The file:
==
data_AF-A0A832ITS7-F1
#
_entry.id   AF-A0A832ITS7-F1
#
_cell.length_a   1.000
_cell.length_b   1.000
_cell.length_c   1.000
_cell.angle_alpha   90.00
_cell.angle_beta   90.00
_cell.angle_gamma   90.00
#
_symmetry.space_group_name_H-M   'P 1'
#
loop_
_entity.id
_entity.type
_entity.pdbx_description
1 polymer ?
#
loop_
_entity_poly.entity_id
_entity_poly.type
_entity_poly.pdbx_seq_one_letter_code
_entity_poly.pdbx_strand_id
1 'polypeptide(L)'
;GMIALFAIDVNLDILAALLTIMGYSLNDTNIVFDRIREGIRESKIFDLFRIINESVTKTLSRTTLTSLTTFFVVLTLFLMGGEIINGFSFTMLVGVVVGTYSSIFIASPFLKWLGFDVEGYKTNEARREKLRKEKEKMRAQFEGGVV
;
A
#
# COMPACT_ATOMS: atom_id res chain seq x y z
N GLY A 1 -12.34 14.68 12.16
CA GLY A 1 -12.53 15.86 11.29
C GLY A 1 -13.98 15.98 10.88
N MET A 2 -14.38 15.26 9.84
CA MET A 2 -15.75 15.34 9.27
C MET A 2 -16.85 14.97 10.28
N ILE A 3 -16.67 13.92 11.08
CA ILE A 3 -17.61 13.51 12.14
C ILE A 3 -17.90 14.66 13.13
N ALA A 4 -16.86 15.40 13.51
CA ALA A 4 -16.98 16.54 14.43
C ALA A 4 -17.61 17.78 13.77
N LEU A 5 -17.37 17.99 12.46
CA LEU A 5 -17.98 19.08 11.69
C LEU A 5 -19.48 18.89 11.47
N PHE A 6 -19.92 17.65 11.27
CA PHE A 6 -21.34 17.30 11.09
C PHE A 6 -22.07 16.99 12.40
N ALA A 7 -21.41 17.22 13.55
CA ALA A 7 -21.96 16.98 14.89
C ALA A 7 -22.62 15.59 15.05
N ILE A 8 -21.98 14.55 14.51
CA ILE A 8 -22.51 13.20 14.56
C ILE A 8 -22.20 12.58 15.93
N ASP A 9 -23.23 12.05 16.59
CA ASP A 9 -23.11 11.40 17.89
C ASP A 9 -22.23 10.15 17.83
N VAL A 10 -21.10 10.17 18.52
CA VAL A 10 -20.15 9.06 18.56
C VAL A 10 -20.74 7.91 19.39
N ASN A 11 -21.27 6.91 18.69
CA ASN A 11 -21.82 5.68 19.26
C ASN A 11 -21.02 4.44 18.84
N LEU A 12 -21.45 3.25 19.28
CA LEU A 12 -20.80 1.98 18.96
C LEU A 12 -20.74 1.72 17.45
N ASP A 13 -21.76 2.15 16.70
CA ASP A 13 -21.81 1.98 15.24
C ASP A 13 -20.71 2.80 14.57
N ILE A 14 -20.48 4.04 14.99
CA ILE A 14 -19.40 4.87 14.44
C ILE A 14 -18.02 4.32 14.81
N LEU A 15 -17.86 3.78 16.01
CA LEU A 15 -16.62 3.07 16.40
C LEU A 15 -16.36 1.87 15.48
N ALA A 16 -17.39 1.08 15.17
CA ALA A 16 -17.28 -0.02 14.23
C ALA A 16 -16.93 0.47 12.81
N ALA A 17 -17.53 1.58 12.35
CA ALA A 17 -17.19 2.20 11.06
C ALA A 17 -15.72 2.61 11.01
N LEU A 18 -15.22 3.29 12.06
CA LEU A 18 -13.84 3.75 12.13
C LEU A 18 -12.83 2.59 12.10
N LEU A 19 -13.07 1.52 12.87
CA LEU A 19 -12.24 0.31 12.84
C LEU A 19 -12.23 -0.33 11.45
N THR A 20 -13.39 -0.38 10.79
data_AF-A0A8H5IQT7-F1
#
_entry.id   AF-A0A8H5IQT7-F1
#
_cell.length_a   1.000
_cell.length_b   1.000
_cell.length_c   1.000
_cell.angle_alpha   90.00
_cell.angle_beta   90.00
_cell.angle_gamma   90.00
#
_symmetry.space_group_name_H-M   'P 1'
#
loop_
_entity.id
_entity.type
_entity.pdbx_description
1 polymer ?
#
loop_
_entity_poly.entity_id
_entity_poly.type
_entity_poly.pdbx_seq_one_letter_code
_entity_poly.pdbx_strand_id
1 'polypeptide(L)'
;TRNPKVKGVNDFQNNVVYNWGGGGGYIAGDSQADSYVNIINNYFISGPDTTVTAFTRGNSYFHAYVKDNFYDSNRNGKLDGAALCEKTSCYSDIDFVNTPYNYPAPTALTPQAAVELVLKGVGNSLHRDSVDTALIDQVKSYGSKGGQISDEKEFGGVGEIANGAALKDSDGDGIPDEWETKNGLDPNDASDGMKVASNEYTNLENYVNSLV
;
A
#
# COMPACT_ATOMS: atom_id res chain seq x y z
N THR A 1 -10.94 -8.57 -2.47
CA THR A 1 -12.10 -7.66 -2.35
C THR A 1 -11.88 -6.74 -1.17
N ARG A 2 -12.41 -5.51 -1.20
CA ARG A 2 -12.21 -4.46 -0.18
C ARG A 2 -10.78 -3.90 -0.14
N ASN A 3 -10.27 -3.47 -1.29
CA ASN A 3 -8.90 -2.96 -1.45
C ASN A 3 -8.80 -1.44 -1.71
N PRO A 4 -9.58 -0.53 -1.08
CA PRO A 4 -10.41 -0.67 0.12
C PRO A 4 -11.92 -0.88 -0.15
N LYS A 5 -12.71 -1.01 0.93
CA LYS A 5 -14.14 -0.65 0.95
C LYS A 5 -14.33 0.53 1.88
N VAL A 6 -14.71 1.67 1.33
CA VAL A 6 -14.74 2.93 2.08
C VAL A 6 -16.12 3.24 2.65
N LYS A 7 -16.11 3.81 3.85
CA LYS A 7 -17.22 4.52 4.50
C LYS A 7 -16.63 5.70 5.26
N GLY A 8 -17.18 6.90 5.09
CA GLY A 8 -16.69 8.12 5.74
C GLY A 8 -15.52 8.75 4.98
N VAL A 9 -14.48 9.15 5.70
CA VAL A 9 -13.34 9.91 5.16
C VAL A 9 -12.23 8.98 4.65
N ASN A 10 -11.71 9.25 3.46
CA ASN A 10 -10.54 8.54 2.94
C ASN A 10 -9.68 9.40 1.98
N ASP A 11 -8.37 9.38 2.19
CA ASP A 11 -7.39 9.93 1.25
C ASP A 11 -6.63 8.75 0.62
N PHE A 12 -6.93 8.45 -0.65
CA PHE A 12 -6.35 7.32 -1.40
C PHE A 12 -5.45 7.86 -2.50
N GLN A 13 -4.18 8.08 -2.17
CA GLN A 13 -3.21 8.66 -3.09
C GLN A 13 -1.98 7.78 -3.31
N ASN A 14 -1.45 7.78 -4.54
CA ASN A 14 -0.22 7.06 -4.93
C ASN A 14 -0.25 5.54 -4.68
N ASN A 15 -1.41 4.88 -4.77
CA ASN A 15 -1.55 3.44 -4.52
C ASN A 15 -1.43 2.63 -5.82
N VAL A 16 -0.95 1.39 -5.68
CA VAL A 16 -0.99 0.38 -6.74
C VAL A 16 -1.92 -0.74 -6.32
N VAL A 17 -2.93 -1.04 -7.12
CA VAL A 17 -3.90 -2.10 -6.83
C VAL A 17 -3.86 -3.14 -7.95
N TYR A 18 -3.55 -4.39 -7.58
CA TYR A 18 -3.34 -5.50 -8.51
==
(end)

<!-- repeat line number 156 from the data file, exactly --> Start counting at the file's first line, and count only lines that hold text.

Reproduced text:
CA GLN A 13 -3.21 8.66 -3.09